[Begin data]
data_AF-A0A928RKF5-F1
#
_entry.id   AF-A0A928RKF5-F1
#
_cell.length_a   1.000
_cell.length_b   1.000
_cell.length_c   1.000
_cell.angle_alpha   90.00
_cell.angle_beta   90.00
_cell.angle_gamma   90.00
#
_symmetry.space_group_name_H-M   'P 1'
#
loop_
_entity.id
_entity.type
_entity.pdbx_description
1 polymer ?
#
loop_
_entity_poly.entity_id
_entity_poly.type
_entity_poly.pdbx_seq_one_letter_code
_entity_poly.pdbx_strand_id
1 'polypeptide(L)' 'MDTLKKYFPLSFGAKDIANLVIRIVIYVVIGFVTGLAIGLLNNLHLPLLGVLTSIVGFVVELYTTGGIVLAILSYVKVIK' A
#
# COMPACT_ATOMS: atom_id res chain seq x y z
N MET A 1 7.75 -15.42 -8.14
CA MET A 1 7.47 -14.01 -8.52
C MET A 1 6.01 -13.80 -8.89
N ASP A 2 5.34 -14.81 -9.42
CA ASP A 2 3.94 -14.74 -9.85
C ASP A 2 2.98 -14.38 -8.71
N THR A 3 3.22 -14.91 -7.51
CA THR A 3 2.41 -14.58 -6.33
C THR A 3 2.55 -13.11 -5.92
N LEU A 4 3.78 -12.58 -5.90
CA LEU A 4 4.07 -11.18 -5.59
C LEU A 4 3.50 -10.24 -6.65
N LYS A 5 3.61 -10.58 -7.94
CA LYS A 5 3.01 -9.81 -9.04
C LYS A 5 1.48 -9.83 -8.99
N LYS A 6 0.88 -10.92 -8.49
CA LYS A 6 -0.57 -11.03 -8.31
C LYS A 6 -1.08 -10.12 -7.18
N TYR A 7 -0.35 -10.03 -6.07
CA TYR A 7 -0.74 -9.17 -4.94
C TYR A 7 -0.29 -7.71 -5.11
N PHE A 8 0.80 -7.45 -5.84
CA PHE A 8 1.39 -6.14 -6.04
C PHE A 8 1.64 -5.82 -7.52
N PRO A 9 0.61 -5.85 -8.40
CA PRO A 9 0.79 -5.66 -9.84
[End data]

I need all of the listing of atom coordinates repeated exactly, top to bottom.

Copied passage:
data_AF-A0A928RKF5-F1
#
_entry.id   AF-A0A928RKF5-F1
#
_cell.length_a   1.000
_cell.length_b   1.000
_cell.length_c   1.000
_cell.angle_alpha   90.00
_cell.angle_beta   90.00
_cell.angle_gamma   90.00
#
_symmetry.space_group_name_H-M   'P 1'
#
loop_
_entity.id
_entity.type
_entity.pdbx_description
1 polymer ?
#
loop_
_entity_poly.entity_id
_entity_poly.type
_entity_poly.pdbx_seq_one_letter_code
_entity_poly.pdbx_strand_id
1 'polypeptide(L)' 'MDTLKKYFPLSFGAKDIANLVIRIVIYVVIGFVTGLAIGLLNNLHLPLLGVLTSIVGFVVELYTTGGIVLAILSYVKVIK' A
#
# COMPACT_ATOMS: atom_id res chain seq x y z
N MET A 1 7.75 -15.42 -8.14
CA MET A 1 7.47 -14.01 -8.52
C MET A 1 6.01 -13.80 -8.89
N ASP A 2 5.34 -14.81 -9.42
CA ASP A 2 3.94 -14.74 -9.85
C ASP A 2 2.98 -14.38 -8.71
N THR A 3 3.22 -14.91 -7.51
CA THR A 3 2.41 -14.58 -6.33
C THR A 3 2.55 -13.11 -5.92
N LEU A 4 3.78 -12.58 -5.90
CA LEU A 4 4.07 -11.18 -5.59
C LEU A 4 3.50 -10.24 -6.65
N LYS A 5 3.61 -10.58 -7.94
CA LYS A 5 3.01 -9.81 -9.04
C LYS A 5 1.48 -9.83 -8.99
N LYS A 6 0.88 -10.92 -8.49
CA LYS A 6 -0.57 -11.03 -8.31
C LYS A 6 -1.08 -10.12 -7.18
N TYR A 7 -0.35 -10.03 -6.07
CA TYR A 7 -0.74 -9.17 -4.94
C TYR A 7 -0.29 -7.71 -5.11
N PHE A 8 0.80 -7.45 -5.84
CA PHE A 8 1.39 -6.14 -6.04
C PHE A 8 1.64 -5.82 -7.52
N PRO A 9 0.61 -5.85 -8.40
CA PRO A 9 0.79 -5.66 -9.84